Brrrr: Bears and Vikings take it outside
Leslie Frazier once played for Chicago, where winter weather was
simply part of the late-season routine.
He recently recalled, perhaps with slight exaggeration brought
by the passage of time, a game against Green Bay during his career
in the early 1980s that went on with the biting backdrop of an
unfathomable low wind chill.
”That was like, I think, minus-61 if I remember,” said
Frazier, now Minnesota’s interim coach, smiling and shaking his
Frazier won’t be able to keep his body moving to keep warm on
Monday night, when the Bears visit the Vikings at TCF Bank Stadium
on the University of Minnesota campus. He’ll be running the show
from the home team sideline, bundled up as best he can.
”If you guys can recognize me, you’re doing pretty good,”
Frazier said. ”I won’t be Bud Grant out there.”
The Vikings take occasional late-December trips to play the
Packers or the Bears, but the team from arguably the coldest city
in the NFL is not accustomed to frosty conditions. They’ve played
home games inside since 1982, when the Metrodome opened. The roof
caved in last weekend, though, forcing an emergency relocation to
this open-air location a few miles away.
Frazier was asked this week how much of a home-field advantage
cold-weather teams truly have when the temperature sinks and the
snow starts to fall.
”Look at these banners,” Frazier said, motioning to all the
purple division and conference championship flags that hang in the
Vikings’ practice facility, recognizing their dominance under
Grant, their gruff-and-tough coach, throughout the 1970s.
Frazier’s Bears beat the Los Angeles Rams 24-0 in the NFC
championship game after the 1985 season.
”I can remember Jackie Slater coming up to me before the game
and saying, ‘Man, you guys need to get a dome over this place,”’
Frazier said. ”Immediately I knew, in pregame, he ain’t thinking
about winning no football game. He’s thinking about the cold.”
So who has the advantage this time?
The Vikings will have their fans in place, but the Bears are
certainly more accustomed to the conditions. Last week at
whited-out Soldier Field, they were blown out by the surging New
Though several of his players voiced concerns this week about
the safety of the field, given the lack of heating coils underneath
the turf, Bears coach Lovie Smith downplayed the significance and
the effect of a potentially hard surface or frigid air.
”You’re going to have two teams that are going to play under
the same environment and conditions,” Smith said. ”So again I
just don’t see that being an issue in the end. We’re not from
Florida, so it’s not going to be a factor for us.”
Well, Vikings wide receiver Percy Harvin is a Sunshine State
native, as are others.
”Bad weather, but it’s still football,” Harvin said. ”You’ve
got to play it the same way, and we’ve got to approach it the same
way. Unfortunately, it will be a little colder. It will be like the
old days. A lot of running the ball and things like that.”
Just the way Carl Eller and Jim Marshall, two of the famed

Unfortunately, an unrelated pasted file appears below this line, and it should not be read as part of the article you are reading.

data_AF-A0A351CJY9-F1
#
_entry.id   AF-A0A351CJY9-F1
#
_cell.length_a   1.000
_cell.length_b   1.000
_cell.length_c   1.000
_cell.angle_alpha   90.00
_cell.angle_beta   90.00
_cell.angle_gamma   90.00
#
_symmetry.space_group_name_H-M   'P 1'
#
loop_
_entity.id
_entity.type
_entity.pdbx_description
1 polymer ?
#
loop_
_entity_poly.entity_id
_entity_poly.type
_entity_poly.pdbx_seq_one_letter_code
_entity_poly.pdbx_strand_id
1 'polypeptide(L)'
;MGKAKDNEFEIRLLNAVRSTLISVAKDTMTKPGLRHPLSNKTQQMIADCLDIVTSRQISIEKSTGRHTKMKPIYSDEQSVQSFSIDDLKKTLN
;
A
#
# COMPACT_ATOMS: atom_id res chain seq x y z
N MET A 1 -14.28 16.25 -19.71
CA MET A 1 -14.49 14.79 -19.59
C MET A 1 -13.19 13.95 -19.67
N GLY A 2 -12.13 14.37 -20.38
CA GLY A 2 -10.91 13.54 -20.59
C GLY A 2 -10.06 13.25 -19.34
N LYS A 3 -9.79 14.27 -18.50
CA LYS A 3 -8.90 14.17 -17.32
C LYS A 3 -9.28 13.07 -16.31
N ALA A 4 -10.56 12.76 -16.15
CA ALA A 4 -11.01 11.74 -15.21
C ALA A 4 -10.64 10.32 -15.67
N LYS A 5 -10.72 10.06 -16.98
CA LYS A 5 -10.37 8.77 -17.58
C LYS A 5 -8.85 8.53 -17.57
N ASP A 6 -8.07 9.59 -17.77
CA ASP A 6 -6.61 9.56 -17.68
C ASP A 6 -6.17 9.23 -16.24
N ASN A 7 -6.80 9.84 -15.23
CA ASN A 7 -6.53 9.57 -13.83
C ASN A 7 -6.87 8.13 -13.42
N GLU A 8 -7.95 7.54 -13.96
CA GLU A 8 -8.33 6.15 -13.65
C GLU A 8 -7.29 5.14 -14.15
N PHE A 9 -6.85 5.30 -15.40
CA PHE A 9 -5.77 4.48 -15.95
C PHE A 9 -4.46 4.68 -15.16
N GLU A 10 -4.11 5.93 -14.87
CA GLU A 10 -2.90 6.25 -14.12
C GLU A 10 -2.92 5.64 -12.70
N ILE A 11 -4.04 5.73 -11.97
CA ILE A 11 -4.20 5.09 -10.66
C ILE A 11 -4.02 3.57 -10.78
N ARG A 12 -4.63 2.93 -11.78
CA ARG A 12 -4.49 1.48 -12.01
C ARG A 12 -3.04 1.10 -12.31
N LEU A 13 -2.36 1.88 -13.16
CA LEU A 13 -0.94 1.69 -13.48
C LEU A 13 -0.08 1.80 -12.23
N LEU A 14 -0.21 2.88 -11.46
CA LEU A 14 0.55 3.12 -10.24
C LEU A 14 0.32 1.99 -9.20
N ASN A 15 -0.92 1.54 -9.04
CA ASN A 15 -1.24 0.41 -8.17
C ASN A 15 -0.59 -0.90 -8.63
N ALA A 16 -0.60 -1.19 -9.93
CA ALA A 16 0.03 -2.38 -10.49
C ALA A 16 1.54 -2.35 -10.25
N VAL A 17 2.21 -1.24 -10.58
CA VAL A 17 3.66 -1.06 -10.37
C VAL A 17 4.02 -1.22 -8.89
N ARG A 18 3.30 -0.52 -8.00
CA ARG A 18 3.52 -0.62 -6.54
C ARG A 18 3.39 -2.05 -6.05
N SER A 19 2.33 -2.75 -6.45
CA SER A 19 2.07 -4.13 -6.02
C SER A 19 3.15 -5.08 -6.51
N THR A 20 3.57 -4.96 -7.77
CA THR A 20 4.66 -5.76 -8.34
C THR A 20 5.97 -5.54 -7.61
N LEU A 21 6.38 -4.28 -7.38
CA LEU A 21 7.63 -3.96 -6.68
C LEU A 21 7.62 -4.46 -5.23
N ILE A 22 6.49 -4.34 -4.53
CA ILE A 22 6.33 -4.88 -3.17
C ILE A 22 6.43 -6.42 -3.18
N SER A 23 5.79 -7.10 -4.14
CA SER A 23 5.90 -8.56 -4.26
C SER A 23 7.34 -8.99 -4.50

Purple People Eaters defensive linemen who led the Vikings when
Grant was the coach, remember it.
Marshall shared memories this week of hard and painful spills on
the cold, hard ground at Metropolitan Stadium. ”But that was part
of the game,” he said. ”It was part of what we had to go through
to be winners.”
The Vikings are honoring their 50 greatest players this weekend
as part of their 50th anniversary celebration as a franchise, so
the return to their roots as an outdoor team, though unexpected, is
”My fingertips kind of tingle in this kind of weather,” Eller
said. ”That’s a memento from the old days at the Met.”
The forecast is calling for a temperature in the low teens with
the possibility of a few inches of snow. Fans, many of whom
embraced the return of outdoor baseball this season when the Twins
moved to Target Field and packed the place every game, are fired up
about the novelty of the event.
Many longtime season-ticket holders were upset, though, by the
general admission seating plan for the game. The Vikings insisted
it was the best they could do in a few days with the challenge of
moving from a 64,000-seat venue to one that typically holds
One fan, Sandy Barin, said he’s decided to stay home and watch
”There’s no guarantee that if my wife and I get up to go to the
bathroom or get a hot dog that we’re going to get our seats back,”
Barin said. ”I will continue to support the Vikings, but the front
office really let the fans down.”
Vikings chief marketing officer Steve LaCroix said the team is
hoping ”common sense” and ”Minnesota nice” prevail when the
gates open and fans start flocking to the prime seats.
”It’s going to be a great atmosphere and just a really fun
night,” LaCroix said. ”We feel very confident that everyone will
be able to get in the building on game night, so come down if you
have a ticket.”
The Bears, who have a first-round bye in the playoffs in their
sights, are hoping to keep the fans quiet.
”It’s not like the Minnesota Vikings are going to be wearing
ice skates, and we have on cleats,” Bears defensive tackle Tommie
Harris said. ”We’re both going to have to try to find a way to
play through it.”